Dry Mounts may be constructed in a similar manner but first an aluminium ring must be cemented to the glass and a black background must be laid and dried . More care is needed in any heating or the paint may be damaged. The circle of gum-water can then be laid using the ringing table. When this is successful the same procedures can be followed but without the Canada Balsam or other resin of course. This same system can also be used to renovate a very old slide that has through the ravages of time become thoroughly unsuitable for use. The method itself was I know learned from a very old book but I am afraid that I have long forgotten the reference or the original author of the idea.

Image to follow next weekend, hopefully BD

Tuesday, 9 November 2010

Two Species of Lagena

At the moment I am trying to complete an illustrated booklet on the Foraminifera from my digital pictures and I have just been distracted by these two species of lagena. As usual with only the resouurces of an amateur I am not too sure about this pair. As usual Cushman always comes up with something but sadly the illustrations are never so good for certainty. Please click on the image for a larger image. Any help would be appreciated BD.

Wednesday, 11 August 2010

A look at a 15 cm cube of chalk

This is a photo of an average sized species of Foraminifera sieved from chalk at Ballard Down. A 0.01 mm grid has been superimposed on the image in order to enable measurements to be made.The thickness can be estimated from the quite globular chambers.Effectively the organism is actually somewhat wedge shaped;thicker at the top than the bottom.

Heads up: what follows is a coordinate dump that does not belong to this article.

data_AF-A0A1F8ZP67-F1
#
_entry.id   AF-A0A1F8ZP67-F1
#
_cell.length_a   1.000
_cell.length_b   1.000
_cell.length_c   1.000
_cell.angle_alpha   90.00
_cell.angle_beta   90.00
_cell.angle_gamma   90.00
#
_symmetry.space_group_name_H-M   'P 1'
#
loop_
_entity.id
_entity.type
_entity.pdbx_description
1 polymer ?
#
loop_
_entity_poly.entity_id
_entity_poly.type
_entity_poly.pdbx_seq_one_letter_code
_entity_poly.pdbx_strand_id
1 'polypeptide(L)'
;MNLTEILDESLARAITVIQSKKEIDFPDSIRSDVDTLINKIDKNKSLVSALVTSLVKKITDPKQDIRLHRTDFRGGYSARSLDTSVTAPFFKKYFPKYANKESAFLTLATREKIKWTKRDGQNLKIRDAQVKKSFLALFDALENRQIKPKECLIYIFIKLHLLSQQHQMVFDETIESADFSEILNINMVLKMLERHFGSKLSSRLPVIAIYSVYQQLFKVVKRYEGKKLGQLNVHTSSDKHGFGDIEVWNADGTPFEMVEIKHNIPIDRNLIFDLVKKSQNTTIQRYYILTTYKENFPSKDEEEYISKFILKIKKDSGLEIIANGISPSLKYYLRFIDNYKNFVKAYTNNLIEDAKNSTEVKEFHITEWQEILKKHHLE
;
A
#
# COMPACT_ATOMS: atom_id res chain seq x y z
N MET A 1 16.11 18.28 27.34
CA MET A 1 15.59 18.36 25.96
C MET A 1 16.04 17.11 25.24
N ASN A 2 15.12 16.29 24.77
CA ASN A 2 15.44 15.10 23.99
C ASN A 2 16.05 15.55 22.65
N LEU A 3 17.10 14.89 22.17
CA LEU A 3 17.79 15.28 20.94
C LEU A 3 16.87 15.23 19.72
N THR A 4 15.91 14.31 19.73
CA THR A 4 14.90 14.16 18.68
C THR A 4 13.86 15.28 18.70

Please click once on the image in order to enlarge it.

This entry is an effort to estimate the number of Foraminifera tests in a 15 cm cube of chalk from Ballard Down Dorset Uk.

I have always thought that such efforts were rather a waste of time, because there are so many variables when dealing with fossil material 95million years old. Never the less its really surprising what sort of a number one can come up with, but it is just these figures no matter how inaccurate, that engage and surprise the general public.How do we find an average when there are so many eroded tests to sample ?

I have just taken a typical surviving test mounted in a canada balsam strew that is neither too small nor too large by observation. The initial measurements were taken with a Beck eyepiece graticule graduated in parts of a mm. I shrank and expanded the image until it was exact according to my record through the microscope.
Since the chambers of the test are quite globular, I measured the radii of each chamber and calculated the volume of each, using the formula (Radius cubed times PI times 4/3) ; the formula for the volume of a single globe. The results were then added together. My selected "average" test made 0.00044107 cu mm which is pretty small .